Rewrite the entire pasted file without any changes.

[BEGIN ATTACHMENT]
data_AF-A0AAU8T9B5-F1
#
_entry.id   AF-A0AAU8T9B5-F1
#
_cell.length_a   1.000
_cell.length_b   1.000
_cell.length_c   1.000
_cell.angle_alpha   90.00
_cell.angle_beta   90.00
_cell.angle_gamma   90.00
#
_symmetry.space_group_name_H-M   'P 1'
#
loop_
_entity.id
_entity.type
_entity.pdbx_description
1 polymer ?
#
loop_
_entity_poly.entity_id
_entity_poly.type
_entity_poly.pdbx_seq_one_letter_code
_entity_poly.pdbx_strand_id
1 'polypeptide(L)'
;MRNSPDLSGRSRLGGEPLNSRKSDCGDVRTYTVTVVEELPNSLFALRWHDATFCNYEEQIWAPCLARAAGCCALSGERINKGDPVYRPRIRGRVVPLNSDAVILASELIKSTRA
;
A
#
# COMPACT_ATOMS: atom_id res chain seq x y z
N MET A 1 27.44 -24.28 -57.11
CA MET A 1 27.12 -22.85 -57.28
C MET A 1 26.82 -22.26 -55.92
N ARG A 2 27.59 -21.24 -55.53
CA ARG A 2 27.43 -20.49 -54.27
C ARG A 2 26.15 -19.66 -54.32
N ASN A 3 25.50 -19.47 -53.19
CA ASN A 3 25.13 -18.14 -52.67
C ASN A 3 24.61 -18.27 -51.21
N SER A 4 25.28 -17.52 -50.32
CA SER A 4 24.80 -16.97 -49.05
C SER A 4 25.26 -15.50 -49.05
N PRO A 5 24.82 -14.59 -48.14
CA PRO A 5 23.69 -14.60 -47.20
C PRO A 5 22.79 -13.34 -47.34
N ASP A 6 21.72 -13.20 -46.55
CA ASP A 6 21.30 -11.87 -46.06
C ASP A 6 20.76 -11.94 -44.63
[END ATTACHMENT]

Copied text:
data_AF-A0AAU8T9B5-F1
#
_entry.id   AF-A0AAU8T9B5-F1
#
_cell.length_a   1.000
_cell.length_b   1.000
_cell.length_c   1.000
_cell.angle_alpha   90.00
_cell.angle_beta   90.00
_cell.angle_gamma   90.00
#
_symmetry.space_group_name_H-M   'P 1'
#
loop_
_entity.id
_entity.type
_entity.pdbx_description
1 polymer ?
#
loop_
_entity_poly.entity_id
_entity_poly.type
_entity_poly.pdbx_seq_one_letter_code
_entity_poly.pdbx_strand_id
1 'polypeptide(L)'
;MRNSPDLSGRSRLGGEPLNSRKSDCGDVRTYTVTVVEELPNSLFALRWHDATFCNYEEQIWAPCLARAAGCCALSGERINKGDPVYRPRIRGRVVPLNSDAVILASELIKSTRA
;
A
#
# COMPACT_ATOMS: atom_id res chain seq x y z
N MET A 1 27.44 -24.28 -57.11
CA MET A 1 27.12 -22.85 -57.28
C MET A 1 26.82 -22.26 -55.92
N ARG A 2 27.59 -21.24 -55.53
CA ARG A 2 27.43 -20.49 -54.27
C ARG A 2 26.15 -19.66 -54.32
N ASN A 3 25.50 -19.47 -53.19
CA ASN A 3 25.13 -18.14 -52.67
C ASN A 3 24.61 -18.27 -51.21
N SER A 4 25.28 -17.52 -50.32
CA SER A 4 24.80 -16.97 -49.05
C SER A 4 25.26 -15.50 -49.05
N PRO A 5 24.82 -14.59 -48.14
CA PRO A 5 23.69 -14.60 -47.20
C PRO A 5 22.79 -13.34 -47.34
N ASP A 6 21.72 -13.20 -46.55
CA ASP A 6 21.30 -11.87 -46.06
C ASP A 6 20.76 -11.94 -44.63